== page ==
Really, it's not a question of beauty at all, it's back to the classroom/hallway distinction. R.E.M., Beck, Liz Phair, Neil Young, the Velvet Underground, the Beatles, and by now even the Shoes created their beauty from inside the classroom, and that's the kind of beauty Chuck scorns; Color Me Badd, though, were out in the hallway, so their gloopy-and-then-some "I Ador Mi Amor" is a "beautifully bilingual lambada ballad," an "important teenydream hit." I have to be honest: to say that "I Ador Mi Amor" is beautiful and "Yes It Is" too slow, I think you either don't have much feeling for ballads or you're trying to make a theoretical point of some sort. You can't raise much of a ruckus writing about how beautiful you think some Beatles song is.
Raising a ruckus is synonymous with Lester Bangs and Richard Meltzer, and Chuck is viewed by many as carrying on that tradition. (A tradition it is: Trent Reznor makes noise-rock because Big Black and Throbbing Gristle and "Sister Ray" convinced him that noisy is the one thing that rock music should always be, and Bangs and Meltzer must have convinced Chuck that raising a ruckus is the one thing that rock criticism should always do.) At times, Chuck seems to share this view: a few weeks ago he e-mailed to a bunch of people a funny early-70s Bangs primer on how to become a rock critic, which he prefaced with a short note that "I never read this before just now. Honest." I think the disclaimer had to do with Bangs saying that rock critics are pompous, with his advice that because the music's trivial garbage anyway you should "fake 'em out every chance you get," and especially with this passage:
the rock critics in the country, no, 90% of
All of that is Chuck--ridiculing theory, cutting the music down to size, undermining the whole enterprise and anybody who writes about it.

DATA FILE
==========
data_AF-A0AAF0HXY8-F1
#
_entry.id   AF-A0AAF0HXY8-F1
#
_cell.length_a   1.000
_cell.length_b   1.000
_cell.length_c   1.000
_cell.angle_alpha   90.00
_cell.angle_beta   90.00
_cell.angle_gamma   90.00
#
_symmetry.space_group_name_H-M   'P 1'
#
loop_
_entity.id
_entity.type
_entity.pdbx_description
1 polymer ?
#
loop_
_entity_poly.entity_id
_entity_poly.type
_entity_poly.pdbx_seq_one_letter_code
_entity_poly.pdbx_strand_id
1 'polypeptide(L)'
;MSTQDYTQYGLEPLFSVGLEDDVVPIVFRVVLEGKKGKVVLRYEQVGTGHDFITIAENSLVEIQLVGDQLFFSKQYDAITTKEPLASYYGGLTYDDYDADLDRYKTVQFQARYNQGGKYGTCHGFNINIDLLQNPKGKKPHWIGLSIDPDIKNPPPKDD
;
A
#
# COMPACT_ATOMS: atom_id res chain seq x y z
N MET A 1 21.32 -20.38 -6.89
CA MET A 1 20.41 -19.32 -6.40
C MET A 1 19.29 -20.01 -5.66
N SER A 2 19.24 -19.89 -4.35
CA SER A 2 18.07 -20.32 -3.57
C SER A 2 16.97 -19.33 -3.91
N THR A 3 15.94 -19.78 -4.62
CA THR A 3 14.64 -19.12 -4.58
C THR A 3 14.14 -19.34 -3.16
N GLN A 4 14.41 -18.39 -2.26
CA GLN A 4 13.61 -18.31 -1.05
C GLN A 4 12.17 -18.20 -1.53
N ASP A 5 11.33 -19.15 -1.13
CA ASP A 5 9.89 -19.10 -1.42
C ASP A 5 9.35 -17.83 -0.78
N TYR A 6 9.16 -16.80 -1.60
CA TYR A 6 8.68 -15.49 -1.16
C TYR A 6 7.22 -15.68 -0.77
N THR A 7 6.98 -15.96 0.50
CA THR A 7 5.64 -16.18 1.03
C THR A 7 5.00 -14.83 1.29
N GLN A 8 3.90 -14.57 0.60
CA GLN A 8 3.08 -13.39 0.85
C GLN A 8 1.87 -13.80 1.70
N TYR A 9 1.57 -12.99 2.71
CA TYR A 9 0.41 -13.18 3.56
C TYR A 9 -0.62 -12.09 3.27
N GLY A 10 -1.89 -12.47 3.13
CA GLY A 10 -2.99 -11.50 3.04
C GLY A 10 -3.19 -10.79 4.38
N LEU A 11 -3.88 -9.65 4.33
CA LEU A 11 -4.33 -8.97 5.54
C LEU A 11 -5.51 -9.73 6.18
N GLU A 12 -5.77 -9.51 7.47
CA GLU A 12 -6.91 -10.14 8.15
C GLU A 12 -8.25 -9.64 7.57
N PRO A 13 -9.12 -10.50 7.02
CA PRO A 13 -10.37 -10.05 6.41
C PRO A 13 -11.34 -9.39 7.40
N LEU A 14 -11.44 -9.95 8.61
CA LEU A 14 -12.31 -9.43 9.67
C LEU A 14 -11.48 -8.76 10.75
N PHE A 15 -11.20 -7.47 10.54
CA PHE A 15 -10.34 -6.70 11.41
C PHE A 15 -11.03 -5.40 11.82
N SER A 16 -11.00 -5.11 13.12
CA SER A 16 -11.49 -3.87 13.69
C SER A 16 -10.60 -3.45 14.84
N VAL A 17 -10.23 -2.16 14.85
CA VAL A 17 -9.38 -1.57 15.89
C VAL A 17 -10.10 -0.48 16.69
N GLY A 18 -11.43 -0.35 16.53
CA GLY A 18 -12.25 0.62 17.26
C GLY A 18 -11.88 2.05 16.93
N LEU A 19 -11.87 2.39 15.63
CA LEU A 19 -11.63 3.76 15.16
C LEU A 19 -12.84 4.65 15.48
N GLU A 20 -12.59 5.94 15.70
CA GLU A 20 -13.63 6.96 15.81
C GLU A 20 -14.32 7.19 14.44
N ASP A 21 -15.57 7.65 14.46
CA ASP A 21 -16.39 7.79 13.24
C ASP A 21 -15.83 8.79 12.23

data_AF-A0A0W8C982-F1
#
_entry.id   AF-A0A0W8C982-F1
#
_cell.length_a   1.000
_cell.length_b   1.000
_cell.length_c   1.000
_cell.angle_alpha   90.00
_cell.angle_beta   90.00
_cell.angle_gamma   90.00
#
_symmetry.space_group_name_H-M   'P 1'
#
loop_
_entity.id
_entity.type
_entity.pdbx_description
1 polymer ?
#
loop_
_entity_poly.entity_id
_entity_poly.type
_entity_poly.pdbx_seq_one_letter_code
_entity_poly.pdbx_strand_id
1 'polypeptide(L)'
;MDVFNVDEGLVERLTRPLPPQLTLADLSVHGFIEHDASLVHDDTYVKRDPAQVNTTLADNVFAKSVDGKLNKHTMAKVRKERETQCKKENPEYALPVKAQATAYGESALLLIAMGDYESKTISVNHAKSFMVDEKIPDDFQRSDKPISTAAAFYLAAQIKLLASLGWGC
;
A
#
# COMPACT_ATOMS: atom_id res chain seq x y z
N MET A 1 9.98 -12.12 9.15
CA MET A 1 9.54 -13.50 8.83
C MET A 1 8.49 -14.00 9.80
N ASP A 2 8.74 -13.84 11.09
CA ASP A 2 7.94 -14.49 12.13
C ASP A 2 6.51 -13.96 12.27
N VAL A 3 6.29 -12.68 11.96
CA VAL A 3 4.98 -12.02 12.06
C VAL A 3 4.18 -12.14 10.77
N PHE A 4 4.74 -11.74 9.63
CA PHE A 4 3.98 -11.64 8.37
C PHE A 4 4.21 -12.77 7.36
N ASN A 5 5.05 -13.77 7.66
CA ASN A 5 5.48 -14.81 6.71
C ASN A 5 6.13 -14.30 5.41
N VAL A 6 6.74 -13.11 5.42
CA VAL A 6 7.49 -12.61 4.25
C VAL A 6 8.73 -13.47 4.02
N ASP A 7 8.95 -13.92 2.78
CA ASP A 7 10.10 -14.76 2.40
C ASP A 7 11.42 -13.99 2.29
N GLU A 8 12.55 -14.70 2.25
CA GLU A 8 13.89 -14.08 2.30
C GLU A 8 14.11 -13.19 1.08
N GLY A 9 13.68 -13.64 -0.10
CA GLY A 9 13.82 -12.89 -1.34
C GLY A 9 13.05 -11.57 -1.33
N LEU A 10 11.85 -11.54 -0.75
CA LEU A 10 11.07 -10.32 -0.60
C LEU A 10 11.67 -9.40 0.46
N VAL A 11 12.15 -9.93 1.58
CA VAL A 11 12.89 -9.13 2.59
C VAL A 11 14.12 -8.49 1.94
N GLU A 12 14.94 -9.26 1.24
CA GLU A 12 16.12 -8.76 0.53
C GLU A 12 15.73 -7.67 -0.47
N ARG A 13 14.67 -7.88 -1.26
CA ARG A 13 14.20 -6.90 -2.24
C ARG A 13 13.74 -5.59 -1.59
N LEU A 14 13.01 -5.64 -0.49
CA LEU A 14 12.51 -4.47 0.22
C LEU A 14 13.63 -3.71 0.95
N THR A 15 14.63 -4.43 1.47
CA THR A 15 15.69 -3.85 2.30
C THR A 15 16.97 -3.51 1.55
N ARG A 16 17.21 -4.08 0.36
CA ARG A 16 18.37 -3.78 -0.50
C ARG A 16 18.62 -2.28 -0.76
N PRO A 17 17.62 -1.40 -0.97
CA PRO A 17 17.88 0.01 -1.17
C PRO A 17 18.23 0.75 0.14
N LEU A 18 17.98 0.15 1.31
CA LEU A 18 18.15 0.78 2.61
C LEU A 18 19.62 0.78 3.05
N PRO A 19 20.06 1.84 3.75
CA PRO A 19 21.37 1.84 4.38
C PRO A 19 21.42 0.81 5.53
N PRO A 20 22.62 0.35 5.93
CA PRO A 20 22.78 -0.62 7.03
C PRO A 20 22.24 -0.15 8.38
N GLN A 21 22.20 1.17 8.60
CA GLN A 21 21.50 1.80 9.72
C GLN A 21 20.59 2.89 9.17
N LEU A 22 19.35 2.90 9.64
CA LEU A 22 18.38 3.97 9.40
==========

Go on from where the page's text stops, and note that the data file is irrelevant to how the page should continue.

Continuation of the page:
I read the article a little differently. The key passage for me comes later, when Bangs writes about where these theories take people:
gotta find some band somewhere that's maybe even
If you adjust the wording a little--substitute "of a critical tabula rasa" for "arcane," "Frank Kogan" for "the group's manager and a member's mother"--and that's Chuck again. Boney M, Kix, Disco Tex, Quarterflash, Will to Power, Caifanes, L'Trimm, Stacey Q, countless others--they all beat the Beatles black and blue, and the rest of us are just too timid and scared to see the obvious truth of this. There are many helpful theories to help explain what we're missing: there's the Olé theory, the hallway theory, the Pips theory, the sellout theory, the John Waite rule, etc.
My favourite iconoclast is baseball writer Bill James, who 15 years ago completely turned around the way I look at baseball. James is also theory-driven--his Baseball Abstracts from the '70s and '80s are full of them, things like the Johnson Effect, the Brock6 System, Similarity Scores, the Reservoir Estimation Technique, the Shotton Syndrome--and I can see parallels between James and Chuck, a comparison jokingly made by Chuck himself in a recent Philadelphia Inquirer interview/article on Accidental Evolution. There's one major difference for me: James's attacks on conventional baseball wisdom in those Abstracts weren't merely startling, they were also amazingly, irrefutably, wonderfully true. Once you'd read James, it was no longer possible to take seriously the idea that Steve Garvey might be as good a baseball player as Mike Schmidt, that entire offences could be constructed around the stolen base, or that the mark of a good baseball team was that it won the close games. All of these views were taken as self-evident at one time (some still are, unfortunately); with clear and devastating logic, James came along and demonstrated how there was no truth whatsoever to them, or to many other accepted truisms about the game. But the guiding principle with James was always to uncover what was true; he didn't waste any time trying to convince you that Bill Plummer was a better baseball player than Steve Garvey (much less that Bill Plummer was a better baseball player than Mike Schmidt). It's pretty much impossible to "fake 'em out every time" in a baseball argument--empty theories are very easy to disprove.